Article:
The Department of Housing and Urban Development has issued a mortgagee letter announcing a major change to the FHA Cash-Out Refinance Loan program.
Effective September 1, 2019, the loan-to-value ratio for FHA cash-out loans is reduced from 85% to 80%. All FHA cash-out refi loans with FHA case numbers issued on or after 1 September 2019 will have the lower LTV.
This has the effect of reducing the amount of cash back to the borrower on the transaction.
The HUD press release states that the reduction is intended to protect against weaknesses in the housing market, and
In light of that statistic and other data, the FHA concluded that the reduction, “…would be a prudent measure in order to strengthen the equity position of cash-out refinances and reduce loss severities in the event of default, stay ahead of any potential future shift in the housing market and better support FHA’s mission of providing access to sustainable homeownership that builds equity”.
The FHA and HUD have made adjustments like this before, most notably in 2009 during the housing crisis. At that time, it was possible to get an FHA cash-out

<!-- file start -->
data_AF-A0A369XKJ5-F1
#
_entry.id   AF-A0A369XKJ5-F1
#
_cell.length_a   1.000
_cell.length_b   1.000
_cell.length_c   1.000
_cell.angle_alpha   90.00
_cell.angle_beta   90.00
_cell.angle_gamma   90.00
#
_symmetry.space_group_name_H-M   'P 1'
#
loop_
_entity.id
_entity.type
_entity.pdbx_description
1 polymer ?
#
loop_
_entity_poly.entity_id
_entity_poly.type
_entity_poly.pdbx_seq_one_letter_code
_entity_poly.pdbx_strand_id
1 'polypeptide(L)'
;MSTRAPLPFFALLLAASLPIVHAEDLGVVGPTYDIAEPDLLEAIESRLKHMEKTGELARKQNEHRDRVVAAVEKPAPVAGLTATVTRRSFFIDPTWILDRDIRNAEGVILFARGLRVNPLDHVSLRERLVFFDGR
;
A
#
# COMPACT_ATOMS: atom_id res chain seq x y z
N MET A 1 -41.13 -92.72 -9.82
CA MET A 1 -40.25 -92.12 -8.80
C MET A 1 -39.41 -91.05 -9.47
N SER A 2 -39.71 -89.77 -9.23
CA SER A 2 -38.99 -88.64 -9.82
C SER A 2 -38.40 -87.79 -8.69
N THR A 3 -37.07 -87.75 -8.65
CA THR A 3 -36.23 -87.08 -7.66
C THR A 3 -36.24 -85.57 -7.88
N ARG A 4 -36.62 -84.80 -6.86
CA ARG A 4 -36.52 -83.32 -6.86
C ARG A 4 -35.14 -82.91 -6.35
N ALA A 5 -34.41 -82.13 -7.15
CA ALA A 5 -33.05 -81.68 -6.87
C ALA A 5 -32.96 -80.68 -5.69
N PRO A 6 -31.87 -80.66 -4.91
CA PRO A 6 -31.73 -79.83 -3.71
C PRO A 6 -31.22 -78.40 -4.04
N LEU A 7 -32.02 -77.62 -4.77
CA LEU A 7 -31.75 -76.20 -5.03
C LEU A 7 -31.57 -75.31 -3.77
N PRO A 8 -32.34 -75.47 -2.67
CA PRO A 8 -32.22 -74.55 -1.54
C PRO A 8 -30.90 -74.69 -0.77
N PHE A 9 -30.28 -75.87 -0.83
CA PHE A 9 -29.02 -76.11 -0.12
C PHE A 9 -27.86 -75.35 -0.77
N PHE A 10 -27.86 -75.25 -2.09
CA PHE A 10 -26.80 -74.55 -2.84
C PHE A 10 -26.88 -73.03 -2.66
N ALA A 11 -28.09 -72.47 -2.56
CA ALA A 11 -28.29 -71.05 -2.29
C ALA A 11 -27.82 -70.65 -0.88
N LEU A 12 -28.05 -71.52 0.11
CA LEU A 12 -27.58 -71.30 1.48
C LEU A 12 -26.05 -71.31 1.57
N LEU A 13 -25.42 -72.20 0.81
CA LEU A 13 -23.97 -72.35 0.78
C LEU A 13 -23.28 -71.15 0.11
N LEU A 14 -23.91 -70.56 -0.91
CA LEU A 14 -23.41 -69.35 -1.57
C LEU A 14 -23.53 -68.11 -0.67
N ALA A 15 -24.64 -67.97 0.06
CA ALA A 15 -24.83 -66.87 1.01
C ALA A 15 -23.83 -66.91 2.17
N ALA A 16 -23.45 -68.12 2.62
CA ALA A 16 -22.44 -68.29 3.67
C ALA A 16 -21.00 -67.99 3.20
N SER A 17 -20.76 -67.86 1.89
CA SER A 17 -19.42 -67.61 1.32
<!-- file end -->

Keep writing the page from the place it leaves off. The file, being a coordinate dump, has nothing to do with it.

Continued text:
“Prior to FHA’s reduction of LTV requirements and similar changes by other market participants during the (2009) market downturn, the share of cash-out refinances had rapidly increased as housing prices increased through the mid-2000s.”
The press release continues, “Subsequent studies have shown that a significant increase in foreclosures may have been the result of a high number of cash-out refinances completed prior to the collapse of the housing market.”
The current changes, which as mentioned above will reduce the FHA cash-out refinance loan limit to 80%, do not affect loans with FHA case numbers issued before September 1, 2019, and the change does not affect other FHA refinance loan rules. These changes are specifically for cash-out refinances.
Talk to your loan officer if you are applying for a cash-out refinance loan or thinking about doing so; if you don’t know how the new rules will affect your loan transaction, your participating lender can give you advice on how to proceed.